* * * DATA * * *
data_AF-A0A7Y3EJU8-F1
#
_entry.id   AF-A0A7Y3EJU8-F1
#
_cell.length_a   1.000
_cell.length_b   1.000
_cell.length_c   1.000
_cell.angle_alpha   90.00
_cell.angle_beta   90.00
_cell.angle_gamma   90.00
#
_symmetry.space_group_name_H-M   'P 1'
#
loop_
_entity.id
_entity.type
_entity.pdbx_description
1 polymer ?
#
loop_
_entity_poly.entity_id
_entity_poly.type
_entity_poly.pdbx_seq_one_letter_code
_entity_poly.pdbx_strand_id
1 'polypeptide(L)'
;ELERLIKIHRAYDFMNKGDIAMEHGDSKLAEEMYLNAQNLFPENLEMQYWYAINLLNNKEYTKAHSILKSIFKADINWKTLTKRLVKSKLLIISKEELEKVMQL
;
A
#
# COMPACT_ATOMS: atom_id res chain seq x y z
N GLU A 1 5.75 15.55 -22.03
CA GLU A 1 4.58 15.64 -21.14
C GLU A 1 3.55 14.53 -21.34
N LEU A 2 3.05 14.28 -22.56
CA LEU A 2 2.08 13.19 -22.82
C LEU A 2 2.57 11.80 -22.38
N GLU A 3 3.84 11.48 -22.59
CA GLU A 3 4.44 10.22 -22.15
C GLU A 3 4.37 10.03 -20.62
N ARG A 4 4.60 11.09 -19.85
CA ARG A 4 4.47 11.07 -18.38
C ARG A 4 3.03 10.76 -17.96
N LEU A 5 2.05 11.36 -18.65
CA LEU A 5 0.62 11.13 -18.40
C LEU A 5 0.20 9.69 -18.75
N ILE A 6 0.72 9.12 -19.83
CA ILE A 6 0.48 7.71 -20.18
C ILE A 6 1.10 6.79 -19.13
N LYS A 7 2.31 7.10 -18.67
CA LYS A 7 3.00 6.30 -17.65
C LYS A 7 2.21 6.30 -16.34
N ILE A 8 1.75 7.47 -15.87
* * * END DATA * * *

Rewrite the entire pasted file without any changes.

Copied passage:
data_AF-A0A7Y3EJU8-F1
#
_entry.id   AF-A0A7Y3EJU8-F1
#
_cell.length_a   1.000
_cell.length_b   1.000
_cell.length_c   1.000
_cell.angle_alpha   90.00
_cell.angle_beta   90.00
_cell.angle_gamma   90.00
#
_symmetry.space_group_name_H-M   'P 1'
#
loop_
_entity.id
_entity.type
_entity.pdbx_description
1 polymer ?
#
loop_
_entity_poly.entity_id
_entity_poly.type
_entity_poly.pdbx_seq_one_letter_code
_entity_poly.pdbx_strand_id
1 'polypeptide(L)'
;ELERLIKIHRAYDFMNKGDIAMEHGDSKLAEEMYLNAQNLFPENLEMQYWYAINLLNNKEYTKAHSILKSIFKADINWKTLTKRLVKSKLLIISKEELEKVMQL
;
A
#
# COMPACT_ATOMS: atom_id res chain seq x y z
N GLU A 1 5.75 15.55 -22.03
CA GLU A 1 4.58 15.64 -21.14
C GLU A 1 3.55 14.53 -21.34
N LEU A 2 3.05 14.28 -22.56
CA LEU A 2 2.08 13.19 -22.82
C LEU A 2 2.57 11.80 -22.38
N GLU A 3 3.84 11.48 -22.59
CA GLU A 3 4.44 10.22 -22.15
C GLU A 3 4.37 10.03 -20.62
N ARG A 4 4.60 11.09 -19.85
CA ARG A 4 4.47 11.07 -18.38
C ARG A 4 3.03 10.76 -17.96
N LEU A 5 2.05 11.36 -18.65
CA LEU A 5 0.62 11.13 -18.40
C LEU A 5 0.20 9.69 -18.75
N ILE A 6 0.72 9.12 -19.83
CA ILE A 6 0.48 7.71 -20.18
C ILE A 6 1.10 6.79 -19.13
N LYS A 7 2.31 7.10 -18.67
CA LYS A 7 3.00 6.30 -17.65
C LYS A 7 2.21 6.30 -16.34
N ILE A 8 1.75 7.47 -15.87